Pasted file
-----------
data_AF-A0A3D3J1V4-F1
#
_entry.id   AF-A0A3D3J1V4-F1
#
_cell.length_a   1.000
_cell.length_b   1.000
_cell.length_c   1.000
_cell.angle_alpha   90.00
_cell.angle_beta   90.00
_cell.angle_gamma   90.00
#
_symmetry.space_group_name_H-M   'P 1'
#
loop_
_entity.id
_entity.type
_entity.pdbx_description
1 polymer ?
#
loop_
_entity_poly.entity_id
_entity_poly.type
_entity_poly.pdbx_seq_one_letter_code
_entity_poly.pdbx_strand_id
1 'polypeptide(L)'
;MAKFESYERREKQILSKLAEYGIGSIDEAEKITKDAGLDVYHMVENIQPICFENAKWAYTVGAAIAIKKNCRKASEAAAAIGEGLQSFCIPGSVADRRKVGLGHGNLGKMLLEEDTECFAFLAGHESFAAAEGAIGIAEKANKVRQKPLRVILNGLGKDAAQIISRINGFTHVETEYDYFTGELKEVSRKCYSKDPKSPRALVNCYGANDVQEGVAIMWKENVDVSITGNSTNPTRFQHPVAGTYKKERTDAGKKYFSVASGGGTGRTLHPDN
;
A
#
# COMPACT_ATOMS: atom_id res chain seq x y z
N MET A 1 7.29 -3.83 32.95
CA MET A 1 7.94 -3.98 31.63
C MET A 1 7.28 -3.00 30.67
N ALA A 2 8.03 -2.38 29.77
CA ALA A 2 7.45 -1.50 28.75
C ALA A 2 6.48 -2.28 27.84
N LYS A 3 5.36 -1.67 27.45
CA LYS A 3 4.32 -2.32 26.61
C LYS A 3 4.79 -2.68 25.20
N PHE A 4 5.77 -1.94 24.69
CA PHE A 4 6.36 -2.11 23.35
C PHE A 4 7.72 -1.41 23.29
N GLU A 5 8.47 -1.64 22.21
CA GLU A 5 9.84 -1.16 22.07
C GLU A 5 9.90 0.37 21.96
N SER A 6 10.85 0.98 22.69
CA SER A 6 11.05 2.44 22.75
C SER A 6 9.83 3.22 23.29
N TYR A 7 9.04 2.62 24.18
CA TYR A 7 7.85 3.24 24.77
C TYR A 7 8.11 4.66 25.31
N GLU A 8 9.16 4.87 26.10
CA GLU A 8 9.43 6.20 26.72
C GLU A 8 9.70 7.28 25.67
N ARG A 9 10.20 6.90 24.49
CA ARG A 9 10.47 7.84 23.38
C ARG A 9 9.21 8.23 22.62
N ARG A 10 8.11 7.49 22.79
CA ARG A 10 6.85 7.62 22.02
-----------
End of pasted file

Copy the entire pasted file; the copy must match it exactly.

data_AF-A0A3D3J1V4-F1
#
_entry.id   AF-A0A3D3J1V4-F1
#
_cell.length_a   1.000
_cell.length_b   1.000
_cell.length_c   1.000
_cell.angle_alpha   90.00
_cell.angle_beta   90.00
_cell.angle_gamma   90.00
#
_symmetry.space_group_name_H-M   'P 1'
#
loop_
_entity.id
_entity.type
_entity.pdbx_description
1 polymer ?
#
loop_
_entity_poly.entity_id
_entity_poly.type
_entity_poly.pdbx_seq_one_letter_code
_entity_poly.pdbx_strand_id
1 'polypeptide(L)'
;MAKFESYERREKQILSKLAEYGIGSIDEAEKITKDAGLDVYHMVENIQPICFENAKWAYTVGAAIAIKKNCRKASEAAAAIGEGLQSFCIPGSVADRRKVGLGHGNLGKMLLEEDTECFAFLAGHESFAAAEGAIGIAEKANKVRQKPLRVILNGLGKDAAQIISRINGFTHVETEYDYFTGELKEVSRKCYSKDPKSPRALVNCYGANDVQEGVAIMWKENVDVSITGNSTNPTRFQHPVAGTYKKERTDAGKKYFSVASGGGTGRTLHPDN
;
A
#
# COMPACT_ATOMS: atom_id res chain seq x y z
N MET A 1 7.29 -3.83 32.95
CA MET A 1 7.94 -3.98 31.63
C MET A 1 7.28 -3.00 30.67
N ALA A 2 8.03 -2.38 29.77
CA ALA A 2 7.45 -1.50 28.75
C ALA A 2 6.48 -2.28 27.84
N LYS A 3 5.36 -1.67 27.45
CA LYS A 3 4.32 -2.32 26.61
C LYS A 3 4.79 -2.68 25.20
N PHE A 4 5.77 -1.94 24.69
CA PHE A 4 6.36 -2.11 23.35
C PHE A 4 7.72 -1.41 23.29
N GLU A 5 8.47 -1.64 22.21
CA GLU A 5 9.84 -1.16 22.07
C GLU A 5 9.90 0.37 21.96
N SER A 6 10.85 0.98 22.69
CA SER A 6 11.05 2.44 22.75
C SER A 6 9.83 3.22 23.29
N TYR A 7 9.04 2.62 24.18
CA TYR A 7 7.85 3.24 24.77
C TYR A 7 8.11 4.66 25.31
N GLU A 8 9.16 4.87 26.10
CA GLU A 8 9.43 6.20 26.72
C GLU A 8 9.70 7.28 25.67
N ARG A 9 10.20 6.90 24.49
CA ARG A 9 10.47 7.84 23.38
C ARG A 9 9.21 8.23 22.62
N ARG A 10 8.11 7.49 22.79
CA ARG A 10 6.85 7.62 22.02